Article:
The top three Batik Village to explore in Indonesia

As a signature fabric of Indonesia, batik can be found in big as well as small cities across the archipelago. Tourists visiting each region can expect to find batik with many different motifs. Besides offering discounted products, batik kampungs also allow visitors to see how the fabric is created and even participate in making it as they serve as both tourist destinations and batik education sites.

Kampung Batik Kauman & Laweyan, Surakarta, Central Java


There are two Batik villages in Solo; Kauman and Laweyan. Both are worth a visit to grab original Batik Tulis – or handpainted Batik – with classic Javanese patterns. Authentic Batik Tulis from Solo is dominated by the colours of black and chocolate. Patterns are usually geometrical. Learn more about Batik and observe the precious collections in House of Danar Hadi.

In earlier time, Kauman Batik Village became Abdi Dalem’s settlement who maintaining the tradition by making Batik. Different from Laweyan, Kauman’s Batik has classic motif with silk materials that represents Kasunanan Palace’s Batik.

Laweyan is said to be an ancient settlement that dates back to the Pajang kingdom of the 1500s. Dozens of houses here serve as batik stores, workshops where they make the fabric and create new patterns and home for the artisans. Batik Solo is identical with soil colors and available at various prices. The cheapest one is printed batik, while the most expensive is hand-drawn batik with natural dyes.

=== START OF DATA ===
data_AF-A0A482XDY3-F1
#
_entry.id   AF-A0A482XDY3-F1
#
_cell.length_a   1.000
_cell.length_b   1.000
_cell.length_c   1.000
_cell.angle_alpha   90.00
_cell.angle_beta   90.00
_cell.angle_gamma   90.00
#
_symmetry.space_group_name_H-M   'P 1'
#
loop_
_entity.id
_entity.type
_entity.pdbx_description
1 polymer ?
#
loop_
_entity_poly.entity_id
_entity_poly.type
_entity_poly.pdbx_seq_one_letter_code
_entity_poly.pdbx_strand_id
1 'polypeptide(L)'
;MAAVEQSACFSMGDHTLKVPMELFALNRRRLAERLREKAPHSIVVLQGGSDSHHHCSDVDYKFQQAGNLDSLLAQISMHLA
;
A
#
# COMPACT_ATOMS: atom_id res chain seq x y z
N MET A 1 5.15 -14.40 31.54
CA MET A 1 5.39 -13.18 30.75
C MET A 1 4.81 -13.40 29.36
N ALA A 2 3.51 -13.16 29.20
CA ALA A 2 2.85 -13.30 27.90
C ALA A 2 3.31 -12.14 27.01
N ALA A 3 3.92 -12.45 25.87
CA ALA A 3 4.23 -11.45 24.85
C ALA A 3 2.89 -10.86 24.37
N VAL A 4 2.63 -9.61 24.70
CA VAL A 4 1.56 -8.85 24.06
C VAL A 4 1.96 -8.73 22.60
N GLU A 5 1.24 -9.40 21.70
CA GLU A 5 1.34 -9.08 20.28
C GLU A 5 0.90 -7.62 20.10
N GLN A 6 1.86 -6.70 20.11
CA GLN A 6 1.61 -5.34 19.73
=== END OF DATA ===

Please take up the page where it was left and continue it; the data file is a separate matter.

Kampung Batik Giriloyo, Yogyakarta 

While many of these artists have lived and worked in Yogya (or still do), the place is less about watching the market and more about quiet creativity. The city is home to both Indonesia’s oldest and most prestigious fine arts academy and the erstwhile Kingdom of Java’s richest sultans. Navigate the tumble of monumental Javanese salvage in the overgrown courtyard and you’ll reach the batik workshops, which still hum with industry, colorful bright yards of silk and cotton hanging in various stages of painting and color-washing.

This center of Giriloyo hand-drawn batik is a popular destination for tourists wanting to learn how to make batik. A hamlet in Wukirsari village, Imogiri district, Bantul regency, Yogyakarta, Giriloyo sells batik education tourism packages. Included in the packages are trips to traditional houses and tombs of Mataram kings on the peak of Imogiri Hill.  Participants can also expect to enjoy the hamlet’s traditional cuisine, namely pecel kembang turi (rice with nut-based sauce accompanied by vegetables) and wedang uwuh (traditional Javanese drink).

Kampung Batik Trusmi, Cirebon, West Java

Though many recognize Trusmi as a store’s name or one of Cirebon’s batik brands, Trusmi is actually a village that houses Cirebon’s batik artisans. Situated in Plered district, Cirebon city, visitors can enter this area located behind the huge Batik Trusmi store on the side of Jl. Raya Plered. There you will find dozens of batik centers that make batik fabric, selling it at discounted prices. At Trusmi Village, there are over 1,000 batik artisans who work daily to produce these fine masterpieces. The history of Batik at Trusmi Village is believed to have been initiated by an Islamic religious leader by the name of Ki GedeTrusmi who was a loyal follower of Sunan Gunung Jati (one of the Wali Songo or the 9 Guardians of Islam who first spread Islam on Java Island)The kampung also offers signature Cirebon cuisine, such as tahu gejrot (fried tofu in sweet spicy sauce) and empal gentong (aromatic beef soup).

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